November 27, 2011 Edit
"Instead of a lofty discussion on the merits of different prerequisites and credits, Jose Alminana, FASLA, Andropogon, Angela Dye, FASLA, A. DYE Design, Hunter Beckham, ASLA, SWT Design, and Sarah Weidner Astheimer, ASLA, james corner field operations, launched into the practical challenges and rewards involved in applying the Sustainable Sites Initiative (SITES) to new and existing projects and steering the first pilot projects through the submittal and certification process. In fact, Beckham and Astheimer are now neck and neck, having moved past the first submittal process and now heading towards the final submittal and certification, meaning one will be the first SITES-certified project.
Alminana said that 157 pilot projects in 34 U.S. States, Iceland, Canada, and Spain are registered and moving through the submittal and certification process, with 9 projects already in the preliminary submittal process. Projects clearing the preliminary review move to final review and then are set at one of the four levels: 1-4 stars. He said landscape architects testing out SITES view the initiative as valuable because it “adds clarity and vigor to technical content.”
Now, the SITES team is also reviewing feedback from the pilot projects to determine the “accuracy and fairness of the credits weights, their applicability to diverse project types, and how challenging or rewarding certification levels are.”
A wide variety of projects are moving forward. Some 65 percent of projects are greyfield redevelopments, while another 15 percent are brownfields. There are lots of sizes, from less than one acre to up to 500 acres. Alminana said the guidelines will be available as a stand-alone rating system, or can simply be used as voluntary guidelines. SITES is being incorporated into LEED through updated credits, and the U.S. Green Building Council and SITES founding partners are also working out how SITES certified projects will be treated in the LEED systems. Pilot testing will continue through 2013. When that process ends, the reference guide will be revised and presented. “This is freeware for all.” (see earlier post on the progress of SITES).
A Few Projects Testing out SITES
The Novus International headquarters, a 9.5-acre site outside St. Louis, is part of a University of Missouri research park, and has already made its way through the preliminary submittal process. Beckham, the landscape architect on the project, said “they want everything in SITES in their project so I got lucky.” The building, which is LEED Platinum, is now surrounded by active design elements, including a running loop, biomimetic dedsign features, and vegetable gardens. More importantly, Beckham mapped out the nine different habitats in the region and developed a plan and set of design proposals to incorporate those into the site. To accomplish SITES pre-requisite 2.1, the pre-design assessment, Beckham basically incorporated all these ideas into his client pitch, introducing all the concepts from the get-go. To match the LEED platinum building, Beckham is aiming for SITES 4-stars.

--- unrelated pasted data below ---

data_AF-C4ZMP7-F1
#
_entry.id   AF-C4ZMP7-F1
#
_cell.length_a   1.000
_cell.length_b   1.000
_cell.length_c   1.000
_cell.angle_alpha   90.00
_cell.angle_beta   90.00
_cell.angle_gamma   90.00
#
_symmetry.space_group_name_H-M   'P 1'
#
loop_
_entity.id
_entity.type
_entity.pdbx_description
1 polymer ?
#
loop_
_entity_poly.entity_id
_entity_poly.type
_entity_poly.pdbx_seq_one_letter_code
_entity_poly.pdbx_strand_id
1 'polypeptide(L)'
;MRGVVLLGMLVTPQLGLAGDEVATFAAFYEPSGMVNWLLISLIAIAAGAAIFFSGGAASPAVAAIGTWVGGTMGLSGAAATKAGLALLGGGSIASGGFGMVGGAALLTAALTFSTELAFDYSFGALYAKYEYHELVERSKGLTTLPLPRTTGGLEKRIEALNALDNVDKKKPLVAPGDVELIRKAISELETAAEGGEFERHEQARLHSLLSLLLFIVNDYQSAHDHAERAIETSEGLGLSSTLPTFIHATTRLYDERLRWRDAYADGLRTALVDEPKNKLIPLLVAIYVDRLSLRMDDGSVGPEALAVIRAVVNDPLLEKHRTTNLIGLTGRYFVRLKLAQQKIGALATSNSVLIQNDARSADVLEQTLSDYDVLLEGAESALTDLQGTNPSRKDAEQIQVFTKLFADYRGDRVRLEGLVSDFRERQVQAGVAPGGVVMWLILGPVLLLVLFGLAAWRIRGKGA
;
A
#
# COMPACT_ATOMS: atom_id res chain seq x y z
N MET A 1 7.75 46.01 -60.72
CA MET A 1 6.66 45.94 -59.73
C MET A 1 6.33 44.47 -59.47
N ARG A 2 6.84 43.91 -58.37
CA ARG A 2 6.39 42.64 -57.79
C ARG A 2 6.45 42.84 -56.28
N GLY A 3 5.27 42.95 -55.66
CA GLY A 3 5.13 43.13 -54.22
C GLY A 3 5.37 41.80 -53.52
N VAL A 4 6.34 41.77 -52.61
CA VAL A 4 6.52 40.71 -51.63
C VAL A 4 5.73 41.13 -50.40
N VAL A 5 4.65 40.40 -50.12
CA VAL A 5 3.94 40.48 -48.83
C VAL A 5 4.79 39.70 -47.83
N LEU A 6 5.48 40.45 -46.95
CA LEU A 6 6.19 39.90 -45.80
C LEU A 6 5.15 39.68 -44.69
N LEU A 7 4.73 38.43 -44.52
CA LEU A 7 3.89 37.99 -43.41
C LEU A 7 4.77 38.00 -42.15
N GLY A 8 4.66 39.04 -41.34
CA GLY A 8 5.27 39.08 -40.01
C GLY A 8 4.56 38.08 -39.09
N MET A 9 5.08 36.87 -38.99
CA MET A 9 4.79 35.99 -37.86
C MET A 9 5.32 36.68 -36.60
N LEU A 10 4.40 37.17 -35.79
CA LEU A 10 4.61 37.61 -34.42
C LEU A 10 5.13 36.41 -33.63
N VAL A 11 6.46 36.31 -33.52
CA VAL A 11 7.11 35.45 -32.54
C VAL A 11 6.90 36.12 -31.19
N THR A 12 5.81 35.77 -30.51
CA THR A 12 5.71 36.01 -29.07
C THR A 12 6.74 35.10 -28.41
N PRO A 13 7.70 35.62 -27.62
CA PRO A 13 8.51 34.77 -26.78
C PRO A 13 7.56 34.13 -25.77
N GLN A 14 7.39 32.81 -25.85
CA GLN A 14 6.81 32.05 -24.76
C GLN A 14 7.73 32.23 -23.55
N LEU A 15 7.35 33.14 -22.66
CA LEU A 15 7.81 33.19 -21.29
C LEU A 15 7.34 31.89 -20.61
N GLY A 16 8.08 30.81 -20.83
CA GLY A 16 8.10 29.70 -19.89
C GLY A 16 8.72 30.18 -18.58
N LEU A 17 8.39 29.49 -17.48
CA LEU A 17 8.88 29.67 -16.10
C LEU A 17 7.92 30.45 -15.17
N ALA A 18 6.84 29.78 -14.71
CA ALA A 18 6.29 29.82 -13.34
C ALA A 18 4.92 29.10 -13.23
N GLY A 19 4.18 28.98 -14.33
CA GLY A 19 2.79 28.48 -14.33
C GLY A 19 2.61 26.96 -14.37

Shelby Farms Park, a massive 4,000-acre park less than 6 kilometers from Memphis, is one of the major projects of james corner field operations, and has already gone through the preliminary submittal process. Astheimer said the master plan’s goal is to create a “major public space and destination, along with a model of sustainable design.” One of the first projects, the 4.5-acre Woodland Discovery Center, is already done. Astheimer said Corner’s firm used this project because we “wanted to test ourselves” against the benchmarks and guidelines. The site include mature oaks surrounded by invasive Chinese species. An adjacent forest provides a frame for a series of “play rooms or nests.” There’s a “rich set of play experiences tailored to different children’s needs.”
Shoemaker Green, a yard and plaza on the University of Pennsylvania campus in Philadelphia, provides 3.85 acres of new open space, passive recreation as well as six tennis courts. It’s surrounded by buildings and has an innovative on-site water reuse program with zero runoff. There are “very intensive uses on the site” — some 57,000 participate in annual relays every spring. For Alminana at Andropogon, another key goal is zero-waste. “Every cubic inch of material on site was reused.”
The Tempe Transportation Center in Tempe, Arizona, was a 2-acre employee parking lot. Constructed between 2006 and 2008, the project is close to downtown, and across from Arizona State University dorms. Suited to SITES, it displaced parking, includes a vegetated green roof (one of the first in the desert), shaded areas for “respite,” a 3-story mixed-use building, and bike station with valet, repair, and lockers. The site is also of great historic significance to the local native American community: the city found that the location of the transportation center was a burial ground sacred to the Hohokam. Archeological investigations were blessed by tribal elders. Remains found by the city were removed and are being inventoried, with the goal of eventually returning them to the tribe.